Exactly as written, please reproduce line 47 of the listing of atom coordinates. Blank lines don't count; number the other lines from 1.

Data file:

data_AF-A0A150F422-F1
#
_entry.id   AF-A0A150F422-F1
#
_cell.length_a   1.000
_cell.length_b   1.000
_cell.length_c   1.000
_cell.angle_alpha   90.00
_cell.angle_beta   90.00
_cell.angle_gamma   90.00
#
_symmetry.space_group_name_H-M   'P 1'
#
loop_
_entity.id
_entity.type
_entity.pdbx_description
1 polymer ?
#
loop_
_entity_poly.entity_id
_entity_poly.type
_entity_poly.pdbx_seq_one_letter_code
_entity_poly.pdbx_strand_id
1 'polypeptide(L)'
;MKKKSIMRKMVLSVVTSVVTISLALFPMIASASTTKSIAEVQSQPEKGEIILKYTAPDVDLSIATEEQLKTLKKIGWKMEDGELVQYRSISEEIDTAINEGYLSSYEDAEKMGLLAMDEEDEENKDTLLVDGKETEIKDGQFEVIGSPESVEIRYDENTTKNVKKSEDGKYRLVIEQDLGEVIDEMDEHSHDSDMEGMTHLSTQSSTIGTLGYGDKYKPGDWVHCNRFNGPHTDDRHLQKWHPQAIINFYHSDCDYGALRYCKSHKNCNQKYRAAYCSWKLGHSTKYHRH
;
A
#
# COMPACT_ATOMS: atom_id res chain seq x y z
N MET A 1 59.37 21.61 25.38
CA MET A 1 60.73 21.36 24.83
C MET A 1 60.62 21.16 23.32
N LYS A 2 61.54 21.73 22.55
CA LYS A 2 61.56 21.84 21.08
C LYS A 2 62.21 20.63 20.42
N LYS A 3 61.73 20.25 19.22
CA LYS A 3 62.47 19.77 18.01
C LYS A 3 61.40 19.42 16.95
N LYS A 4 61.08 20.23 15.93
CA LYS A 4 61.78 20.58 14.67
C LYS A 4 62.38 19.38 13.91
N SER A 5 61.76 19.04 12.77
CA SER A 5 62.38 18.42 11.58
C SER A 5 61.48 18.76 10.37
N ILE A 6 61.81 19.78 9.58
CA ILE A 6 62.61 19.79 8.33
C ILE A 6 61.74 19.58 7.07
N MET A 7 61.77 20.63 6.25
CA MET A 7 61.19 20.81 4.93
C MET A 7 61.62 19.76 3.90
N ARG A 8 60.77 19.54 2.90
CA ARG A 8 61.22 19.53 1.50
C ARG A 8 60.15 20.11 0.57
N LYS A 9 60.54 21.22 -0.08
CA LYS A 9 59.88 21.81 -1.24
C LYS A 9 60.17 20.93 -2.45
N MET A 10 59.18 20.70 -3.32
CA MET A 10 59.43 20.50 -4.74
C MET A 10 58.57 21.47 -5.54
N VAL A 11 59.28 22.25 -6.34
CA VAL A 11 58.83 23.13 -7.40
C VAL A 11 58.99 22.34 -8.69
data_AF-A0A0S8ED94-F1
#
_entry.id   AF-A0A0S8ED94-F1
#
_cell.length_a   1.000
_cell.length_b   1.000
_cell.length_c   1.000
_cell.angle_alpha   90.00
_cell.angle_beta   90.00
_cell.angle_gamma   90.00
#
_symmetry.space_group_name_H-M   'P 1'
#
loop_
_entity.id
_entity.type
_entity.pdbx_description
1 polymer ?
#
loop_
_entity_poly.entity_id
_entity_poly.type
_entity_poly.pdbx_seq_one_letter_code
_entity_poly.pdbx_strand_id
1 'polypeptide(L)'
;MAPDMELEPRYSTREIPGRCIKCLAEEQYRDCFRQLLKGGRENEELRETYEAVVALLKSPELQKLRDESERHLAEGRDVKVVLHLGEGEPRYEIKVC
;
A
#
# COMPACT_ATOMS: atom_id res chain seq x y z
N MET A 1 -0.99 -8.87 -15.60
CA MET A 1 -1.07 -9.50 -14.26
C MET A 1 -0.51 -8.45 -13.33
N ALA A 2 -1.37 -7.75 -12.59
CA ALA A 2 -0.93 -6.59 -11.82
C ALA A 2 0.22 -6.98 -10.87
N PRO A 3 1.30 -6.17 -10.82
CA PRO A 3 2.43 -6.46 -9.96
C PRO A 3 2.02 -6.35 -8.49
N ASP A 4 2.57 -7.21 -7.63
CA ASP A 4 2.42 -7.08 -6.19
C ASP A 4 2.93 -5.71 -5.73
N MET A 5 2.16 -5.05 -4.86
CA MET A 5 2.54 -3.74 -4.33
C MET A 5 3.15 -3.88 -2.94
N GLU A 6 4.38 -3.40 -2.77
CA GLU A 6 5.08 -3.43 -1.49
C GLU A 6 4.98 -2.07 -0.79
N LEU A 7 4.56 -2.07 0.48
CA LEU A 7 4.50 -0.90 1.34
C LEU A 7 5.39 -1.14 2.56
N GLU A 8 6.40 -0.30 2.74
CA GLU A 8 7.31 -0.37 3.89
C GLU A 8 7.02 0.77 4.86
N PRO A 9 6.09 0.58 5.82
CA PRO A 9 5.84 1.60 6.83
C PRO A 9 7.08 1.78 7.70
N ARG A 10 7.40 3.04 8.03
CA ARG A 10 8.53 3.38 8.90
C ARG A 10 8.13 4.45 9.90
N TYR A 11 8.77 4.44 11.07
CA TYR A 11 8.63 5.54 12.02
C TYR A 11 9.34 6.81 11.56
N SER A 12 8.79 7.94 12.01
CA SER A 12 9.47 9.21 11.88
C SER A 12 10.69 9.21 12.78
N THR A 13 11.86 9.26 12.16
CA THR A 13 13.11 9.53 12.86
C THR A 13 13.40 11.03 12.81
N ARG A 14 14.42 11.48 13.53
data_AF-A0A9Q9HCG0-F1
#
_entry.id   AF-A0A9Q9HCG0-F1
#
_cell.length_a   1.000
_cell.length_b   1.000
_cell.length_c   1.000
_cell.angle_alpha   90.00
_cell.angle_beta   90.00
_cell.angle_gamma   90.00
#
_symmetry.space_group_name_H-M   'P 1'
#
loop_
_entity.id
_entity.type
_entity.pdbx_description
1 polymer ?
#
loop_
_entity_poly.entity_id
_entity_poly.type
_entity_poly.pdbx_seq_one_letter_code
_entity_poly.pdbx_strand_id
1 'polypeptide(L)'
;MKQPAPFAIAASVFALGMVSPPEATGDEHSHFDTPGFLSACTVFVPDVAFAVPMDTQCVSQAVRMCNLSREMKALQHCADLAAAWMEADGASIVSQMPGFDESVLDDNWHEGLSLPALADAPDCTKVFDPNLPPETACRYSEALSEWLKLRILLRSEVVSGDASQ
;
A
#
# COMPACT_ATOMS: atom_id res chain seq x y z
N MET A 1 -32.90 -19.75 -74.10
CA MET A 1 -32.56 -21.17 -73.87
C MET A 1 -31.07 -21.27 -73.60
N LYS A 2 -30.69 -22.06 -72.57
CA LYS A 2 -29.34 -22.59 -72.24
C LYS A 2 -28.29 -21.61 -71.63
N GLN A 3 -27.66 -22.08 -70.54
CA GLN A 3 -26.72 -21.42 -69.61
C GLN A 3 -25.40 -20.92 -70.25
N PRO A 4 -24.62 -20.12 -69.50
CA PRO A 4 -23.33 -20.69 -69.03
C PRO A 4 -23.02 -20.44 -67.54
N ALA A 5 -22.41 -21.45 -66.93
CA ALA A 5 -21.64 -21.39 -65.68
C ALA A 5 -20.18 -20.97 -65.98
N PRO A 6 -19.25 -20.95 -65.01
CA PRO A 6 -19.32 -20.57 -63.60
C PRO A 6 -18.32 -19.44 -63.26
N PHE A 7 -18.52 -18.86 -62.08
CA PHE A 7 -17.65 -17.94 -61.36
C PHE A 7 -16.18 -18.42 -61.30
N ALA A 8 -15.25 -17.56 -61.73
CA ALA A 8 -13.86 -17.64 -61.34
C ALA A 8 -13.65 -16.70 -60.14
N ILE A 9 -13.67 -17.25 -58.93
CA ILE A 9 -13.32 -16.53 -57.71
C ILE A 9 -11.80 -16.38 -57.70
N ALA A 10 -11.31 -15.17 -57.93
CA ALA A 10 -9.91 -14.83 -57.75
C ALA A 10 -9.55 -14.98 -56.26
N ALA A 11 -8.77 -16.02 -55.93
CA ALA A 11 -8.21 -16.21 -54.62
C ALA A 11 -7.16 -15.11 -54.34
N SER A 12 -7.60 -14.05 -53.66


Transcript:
CA ILE A 6 62.61 19.79 8.33